25. Yes, I have definitely fallen trap to pseudo dieting!

    I used to have this thing where I only wanted to have eaten 1,000 calories (or less) by dinner time. So my breakfast, lunches, and snacks could not go past 1,000. Weird, huh? Once in a while I still find that I tally things up, but then I just tell my brain to shut up! I don’t weigh or measure anything anymore, so I really have no clue how much I am eating (nor do I care how much it is…I care about what my body needs and wants).

    Great post!

  26. Love this post! I am definitely guilty of pseudo-dieting as well. Like you, I often leave food on my plate for the sake of showing myself (and maybe others) that I can “listen” to my body rather than eating everything in sight. However, my body is often telling me it wants more!

    It’s a challenge to overcome the diet mentality when we’re bombarded by such messages in all facets of life. However, I think our best defense is AWARENESS. If we are conscious of our vulnerability to these messages, I think it’s easier to fight back. Posts like this help tremendously! :)

  27. Nicole, RD says:

    Wow! I think most people are pseudo dieters, unfortunately! Myself included! I wonder if it’s just not possible for some to completely let go and have it be 100% all-natural to eat as we were intended to. I think our world just has it set out for us in that that’s not realistic. I just don’t know!

  28. brandi says:

    It’s so easy for these little things to creep into our lives before we even know it! They become habits so easily and then we’re doing them without even realizing it.

  29. Awesome awesome post. I love you for bringing this up. It’s so true that we unintentionally carry with us the years of diet mentality. It’s incredibly hard for me to not at least “know” the numbers of calories. Calorie counting felt like my job for a few years when I lost all of the weight, so dropping it and trying to forget about the math is really hard. And I agree with your sentiment of feeling like you needed to leave at least something behind on your plate. Like intuitive eating meant realizing you could do with less? A hard concept to really embrace, but utterly worthwhile!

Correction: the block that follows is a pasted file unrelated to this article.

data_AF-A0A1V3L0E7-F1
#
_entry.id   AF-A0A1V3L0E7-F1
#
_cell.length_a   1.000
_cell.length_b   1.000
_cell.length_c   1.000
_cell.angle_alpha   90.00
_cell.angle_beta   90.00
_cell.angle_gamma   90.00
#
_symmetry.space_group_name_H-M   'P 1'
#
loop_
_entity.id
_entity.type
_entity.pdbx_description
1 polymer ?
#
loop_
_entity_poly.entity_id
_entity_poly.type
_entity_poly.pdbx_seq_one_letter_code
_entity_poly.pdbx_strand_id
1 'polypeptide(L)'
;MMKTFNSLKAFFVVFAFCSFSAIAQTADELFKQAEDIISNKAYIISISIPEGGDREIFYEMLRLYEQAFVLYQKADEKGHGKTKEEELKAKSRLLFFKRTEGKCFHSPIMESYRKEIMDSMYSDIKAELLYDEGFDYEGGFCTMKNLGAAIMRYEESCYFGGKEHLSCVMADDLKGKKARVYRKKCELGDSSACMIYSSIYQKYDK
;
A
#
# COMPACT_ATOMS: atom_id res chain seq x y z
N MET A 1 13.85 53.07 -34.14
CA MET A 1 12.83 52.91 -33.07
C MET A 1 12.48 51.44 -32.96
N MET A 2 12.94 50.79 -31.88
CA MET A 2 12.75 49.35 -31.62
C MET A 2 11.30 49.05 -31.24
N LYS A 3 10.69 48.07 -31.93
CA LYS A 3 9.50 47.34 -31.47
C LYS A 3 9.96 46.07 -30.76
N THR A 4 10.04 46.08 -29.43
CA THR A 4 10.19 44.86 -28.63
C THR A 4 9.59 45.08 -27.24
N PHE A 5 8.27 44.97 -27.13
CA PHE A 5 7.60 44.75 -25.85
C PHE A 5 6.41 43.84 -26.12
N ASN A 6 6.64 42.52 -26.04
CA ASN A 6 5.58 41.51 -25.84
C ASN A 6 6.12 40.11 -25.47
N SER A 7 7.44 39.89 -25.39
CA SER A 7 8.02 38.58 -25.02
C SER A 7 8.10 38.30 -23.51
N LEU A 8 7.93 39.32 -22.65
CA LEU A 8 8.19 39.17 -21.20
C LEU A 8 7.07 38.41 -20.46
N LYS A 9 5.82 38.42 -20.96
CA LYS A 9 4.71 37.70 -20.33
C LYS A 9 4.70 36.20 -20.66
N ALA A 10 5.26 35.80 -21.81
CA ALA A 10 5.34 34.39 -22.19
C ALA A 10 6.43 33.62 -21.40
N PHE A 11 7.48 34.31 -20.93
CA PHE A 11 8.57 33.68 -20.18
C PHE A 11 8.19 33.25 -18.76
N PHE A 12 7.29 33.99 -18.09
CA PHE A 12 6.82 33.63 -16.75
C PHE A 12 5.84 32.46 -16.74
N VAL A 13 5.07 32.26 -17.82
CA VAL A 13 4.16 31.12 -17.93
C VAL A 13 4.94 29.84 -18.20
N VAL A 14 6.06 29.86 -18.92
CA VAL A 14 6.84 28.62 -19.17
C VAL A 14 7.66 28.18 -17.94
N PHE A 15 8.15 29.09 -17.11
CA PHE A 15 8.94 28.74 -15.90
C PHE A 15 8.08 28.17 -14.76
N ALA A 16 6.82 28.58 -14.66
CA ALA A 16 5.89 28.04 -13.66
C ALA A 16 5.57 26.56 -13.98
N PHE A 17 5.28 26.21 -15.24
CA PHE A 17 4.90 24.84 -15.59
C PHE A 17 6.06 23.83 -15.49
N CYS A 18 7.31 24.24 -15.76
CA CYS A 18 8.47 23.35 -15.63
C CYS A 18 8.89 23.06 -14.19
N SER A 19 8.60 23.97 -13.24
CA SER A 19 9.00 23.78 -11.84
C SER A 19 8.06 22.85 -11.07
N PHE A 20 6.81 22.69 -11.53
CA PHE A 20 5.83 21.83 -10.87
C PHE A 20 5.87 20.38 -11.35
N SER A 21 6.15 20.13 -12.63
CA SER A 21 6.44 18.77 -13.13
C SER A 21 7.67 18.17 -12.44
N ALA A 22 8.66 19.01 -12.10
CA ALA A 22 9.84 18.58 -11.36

You are simply wonderful

  30. Hayley says:

    I guess this answers my question about your eating style!! I absolutely love this post and agree with you 100%. Your blog is so encouraging and inspiring! Thank you for putting it out there.. :)

    • Katie says:

      I’m so glad you’re liking the blog! :)

      I replied to your previous comment, but I don’t think you saw it because I was having some issues with the commenting function…but yes, this pretty much explains my eating style! While I do believe that measuring and calorie-counting can be helpful for some people, for me, anything that resembles a “diet” turns ugly pretty fast. The only way I’ve been able to maintain a healthy weight is by listening to my body, and by choosing mostly whole, unprocessed foods. It’s been quite liberating!

  31. I saw your reply to me on the Nest about intuitive eating and instantly dug into your blog. I have loved reading it! GREAT blog. I find intuitive eating hard and do find that I pseudo-diet more than I want to. For me it’s the guilt. Not knowing if I was “good” bc I’m not counting my points. I don’t want to diet EVER again so I need to work through this, but it sure is hard!

    • Katie says:

      I hear ya! Sometimes it still feels like dieting in some shape or form is second nature to me, so I’m constantly working to challenge that. Because I honestly was never able to maintain a healthy weight while I was dieting – it was always up and down. Intuitive eating has been the only thing that’s worked for me, but like you said, it really isn’t easy. I’m still working on it!

      So glad you’re enjoying the blog!!! :)

  32. [...] overwhelming guilt afterward. That’s because – in a way very similar to the notion of pseudo-dieting – saying nothing is off limits and actually living out that principle are two very different [...]